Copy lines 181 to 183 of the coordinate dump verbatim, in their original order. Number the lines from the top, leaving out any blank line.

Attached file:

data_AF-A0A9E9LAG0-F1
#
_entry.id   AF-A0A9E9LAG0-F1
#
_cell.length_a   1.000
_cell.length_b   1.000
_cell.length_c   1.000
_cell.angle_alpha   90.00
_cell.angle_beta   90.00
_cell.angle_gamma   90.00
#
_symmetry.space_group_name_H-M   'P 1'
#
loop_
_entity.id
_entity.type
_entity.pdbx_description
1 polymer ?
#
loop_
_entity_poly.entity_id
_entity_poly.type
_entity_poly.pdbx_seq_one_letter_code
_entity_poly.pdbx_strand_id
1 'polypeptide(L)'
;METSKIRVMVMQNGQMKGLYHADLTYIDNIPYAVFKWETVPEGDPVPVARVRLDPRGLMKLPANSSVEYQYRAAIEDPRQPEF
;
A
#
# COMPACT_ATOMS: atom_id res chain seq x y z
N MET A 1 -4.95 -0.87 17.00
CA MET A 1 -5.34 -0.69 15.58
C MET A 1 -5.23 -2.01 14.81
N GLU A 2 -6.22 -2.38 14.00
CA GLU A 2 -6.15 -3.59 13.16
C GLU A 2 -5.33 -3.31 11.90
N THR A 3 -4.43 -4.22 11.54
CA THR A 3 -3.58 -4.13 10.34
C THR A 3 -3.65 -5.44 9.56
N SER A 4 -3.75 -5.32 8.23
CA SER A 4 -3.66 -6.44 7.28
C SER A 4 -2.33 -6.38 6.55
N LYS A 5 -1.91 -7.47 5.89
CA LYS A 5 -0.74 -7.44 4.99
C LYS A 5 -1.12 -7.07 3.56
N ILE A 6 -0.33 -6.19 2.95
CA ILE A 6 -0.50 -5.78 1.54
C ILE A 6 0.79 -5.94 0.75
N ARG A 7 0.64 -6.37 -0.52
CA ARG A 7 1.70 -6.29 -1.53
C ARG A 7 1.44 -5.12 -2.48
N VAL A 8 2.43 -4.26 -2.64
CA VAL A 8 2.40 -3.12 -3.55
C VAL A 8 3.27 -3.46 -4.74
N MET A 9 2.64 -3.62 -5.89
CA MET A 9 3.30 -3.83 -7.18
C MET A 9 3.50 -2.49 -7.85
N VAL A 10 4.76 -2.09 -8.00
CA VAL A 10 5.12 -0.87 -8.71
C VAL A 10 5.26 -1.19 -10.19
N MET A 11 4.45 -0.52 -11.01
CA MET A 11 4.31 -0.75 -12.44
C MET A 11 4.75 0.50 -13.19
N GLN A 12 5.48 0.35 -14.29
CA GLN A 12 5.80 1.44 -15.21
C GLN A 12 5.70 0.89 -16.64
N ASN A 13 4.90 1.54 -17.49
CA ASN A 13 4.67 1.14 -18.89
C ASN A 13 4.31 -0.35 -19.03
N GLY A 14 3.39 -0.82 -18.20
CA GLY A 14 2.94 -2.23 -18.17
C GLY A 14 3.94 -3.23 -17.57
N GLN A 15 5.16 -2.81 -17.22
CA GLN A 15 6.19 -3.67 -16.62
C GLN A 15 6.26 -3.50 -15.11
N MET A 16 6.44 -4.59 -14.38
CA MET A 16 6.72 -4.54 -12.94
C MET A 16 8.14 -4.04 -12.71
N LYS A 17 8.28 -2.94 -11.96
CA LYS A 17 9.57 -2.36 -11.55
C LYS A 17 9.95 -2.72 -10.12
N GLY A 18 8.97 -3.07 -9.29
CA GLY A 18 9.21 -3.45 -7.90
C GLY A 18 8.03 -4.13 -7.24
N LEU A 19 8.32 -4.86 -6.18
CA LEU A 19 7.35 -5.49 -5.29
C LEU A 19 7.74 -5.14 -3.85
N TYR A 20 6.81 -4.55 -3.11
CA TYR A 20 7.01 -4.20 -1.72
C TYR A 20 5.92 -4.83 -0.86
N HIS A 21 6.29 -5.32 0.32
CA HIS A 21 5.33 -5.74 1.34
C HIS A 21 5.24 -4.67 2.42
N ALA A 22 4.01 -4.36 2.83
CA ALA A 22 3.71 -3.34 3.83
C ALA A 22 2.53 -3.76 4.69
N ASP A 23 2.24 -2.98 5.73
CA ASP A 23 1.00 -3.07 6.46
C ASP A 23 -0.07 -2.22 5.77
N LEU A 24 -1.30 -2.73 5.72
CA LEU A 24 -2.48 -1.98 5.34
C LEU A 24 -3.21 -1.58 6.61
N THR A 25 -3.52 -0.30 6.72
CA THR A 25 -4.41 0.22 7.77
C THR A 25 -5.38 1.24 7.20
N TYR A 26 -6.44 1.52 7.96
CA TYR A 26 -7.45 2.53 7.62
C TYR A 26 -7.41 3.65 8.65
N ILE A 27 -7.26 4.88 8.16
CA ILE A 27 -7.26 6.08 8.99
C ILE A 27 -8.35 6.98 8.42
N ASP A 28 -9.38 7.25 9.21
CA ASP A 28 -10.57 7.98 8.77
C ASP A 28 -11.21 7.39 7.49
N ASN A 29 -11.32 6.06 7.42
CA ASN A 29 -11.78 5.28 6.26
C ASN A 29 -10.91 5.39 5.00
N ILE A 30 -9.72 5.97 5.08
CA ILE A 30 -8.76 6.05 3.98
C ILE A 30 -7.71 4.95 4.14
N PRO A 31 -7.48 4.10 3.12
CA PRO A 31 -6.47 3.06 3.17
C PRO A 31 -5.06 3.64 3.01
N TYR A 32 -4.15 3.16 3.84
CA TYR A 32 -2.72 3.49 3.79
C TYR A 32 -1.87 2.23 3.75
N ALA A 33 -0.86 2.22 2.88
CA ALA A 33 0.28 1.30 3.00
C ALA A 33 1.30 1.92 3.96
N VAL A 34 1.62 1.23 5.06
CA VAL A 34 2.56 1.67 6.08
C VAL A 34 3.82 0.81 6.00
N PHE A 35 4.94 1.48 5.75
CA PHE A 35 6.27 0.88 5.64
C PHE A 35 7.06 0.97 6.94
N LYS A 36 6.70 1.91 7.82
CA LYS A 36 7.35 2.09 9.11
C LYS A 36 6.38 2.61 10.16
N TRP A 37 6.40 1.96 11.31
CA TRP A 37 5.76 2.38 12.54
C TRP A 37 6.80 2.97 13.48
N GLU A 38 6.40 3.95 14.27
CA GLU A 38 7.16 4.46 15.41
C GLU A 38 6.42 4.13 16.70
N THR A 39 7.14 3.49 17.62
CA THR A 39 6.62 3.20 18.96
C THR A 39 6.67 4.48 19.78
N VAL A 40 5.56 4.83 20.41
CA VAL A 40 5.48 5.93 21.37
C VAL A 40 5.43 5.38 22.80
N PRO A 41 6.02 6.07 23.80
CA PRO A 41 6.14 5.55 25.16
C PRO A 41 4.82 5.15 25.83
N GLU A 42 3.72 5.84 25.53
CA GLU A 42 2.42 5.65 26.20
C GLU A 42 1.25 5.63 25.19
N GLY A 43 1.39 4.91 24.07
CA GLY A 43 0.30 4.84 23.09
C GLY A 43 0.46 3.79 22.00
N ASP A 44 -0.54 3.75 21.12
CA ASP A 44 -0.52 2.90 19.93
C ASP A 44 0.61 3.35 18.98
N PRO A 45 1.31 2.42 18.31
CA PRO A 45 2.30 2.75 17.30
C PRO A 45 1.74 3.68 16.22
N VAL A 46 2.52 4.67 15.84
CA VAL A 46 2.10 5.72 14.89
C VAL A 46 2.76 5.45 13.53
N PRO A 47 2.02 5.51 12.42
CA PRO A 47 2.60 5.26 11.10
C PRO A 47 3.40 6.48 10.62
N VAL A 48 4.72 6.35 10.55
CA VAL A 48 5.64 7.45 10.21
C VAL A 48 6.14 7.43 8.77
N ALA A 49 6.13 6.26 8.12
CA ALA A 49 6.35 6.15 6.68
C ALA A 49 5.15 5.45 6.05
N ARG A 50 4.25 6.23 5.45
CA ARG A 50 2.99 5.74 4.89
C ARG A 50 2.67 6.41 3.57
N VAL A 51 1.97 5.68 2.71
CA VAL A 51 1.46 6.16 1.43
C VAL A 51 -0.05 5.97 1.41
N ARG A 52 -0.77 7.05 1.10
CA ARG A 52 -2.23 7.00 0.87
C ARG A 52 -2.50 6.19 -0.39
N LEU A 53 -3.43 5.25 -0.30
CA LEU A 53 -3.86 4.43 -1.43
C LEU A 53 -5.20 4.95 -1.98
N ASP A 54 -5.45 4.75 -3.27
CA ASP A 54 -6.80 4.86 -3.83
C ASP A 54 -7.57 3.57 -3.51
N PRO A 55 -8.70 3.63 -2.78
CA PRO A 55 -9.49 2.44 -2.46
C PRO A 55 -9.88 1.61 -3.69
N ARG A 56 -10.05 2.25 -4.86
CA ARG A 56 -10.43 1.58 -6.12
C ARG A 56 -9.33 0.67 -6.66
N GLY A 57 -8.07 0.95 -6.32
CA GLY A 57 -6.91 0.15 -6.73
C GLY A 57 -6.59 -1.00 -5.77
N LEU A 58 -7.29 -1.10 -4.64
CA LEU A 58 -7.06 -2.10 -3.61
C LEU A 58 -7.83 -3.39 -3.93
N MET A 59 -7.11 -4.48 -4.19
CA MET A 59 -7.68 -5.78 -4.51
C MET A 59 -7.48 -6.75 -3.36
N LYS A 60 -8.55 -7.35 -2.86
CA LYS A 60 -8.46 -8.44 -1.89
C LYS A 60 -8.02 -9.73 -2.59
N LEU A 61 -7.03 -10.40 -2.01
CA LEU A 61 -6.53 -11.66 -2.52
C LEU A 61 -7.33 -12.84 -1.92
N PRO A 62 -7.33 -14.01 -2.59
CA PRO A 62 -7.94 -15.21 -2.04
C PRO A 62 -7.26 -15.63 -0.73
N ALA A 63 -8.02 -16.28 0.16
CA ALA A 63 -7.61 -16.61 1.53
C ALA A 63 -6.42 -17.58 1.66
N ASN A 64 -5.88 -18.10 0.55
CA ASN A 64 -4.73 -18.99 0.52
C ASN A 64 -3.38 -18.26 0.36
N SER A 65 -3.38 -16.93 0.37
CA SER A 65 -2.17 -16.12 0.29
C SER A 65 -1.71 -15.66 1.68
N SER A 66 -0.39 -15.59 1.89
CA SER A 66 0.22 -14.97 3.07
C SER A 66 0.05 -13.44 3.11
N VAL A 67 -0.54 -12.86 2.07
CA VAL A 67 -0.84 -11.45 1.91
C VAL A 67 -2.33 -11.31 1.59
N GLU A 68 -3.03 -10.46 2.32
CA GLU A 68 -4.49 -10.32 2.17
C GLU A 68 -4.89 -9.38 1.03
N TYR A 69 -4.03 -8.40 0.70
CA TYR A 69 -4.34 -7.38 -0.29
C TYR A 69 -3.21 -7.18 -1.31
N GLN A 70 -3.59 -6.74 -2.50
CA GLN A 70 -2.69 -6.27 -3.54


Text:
N VAL A 51 1.97 5.68 2.71
CA VAL A 51 1.46 6.16 1.43
C VAL A 51 -0.05 5.97 1.41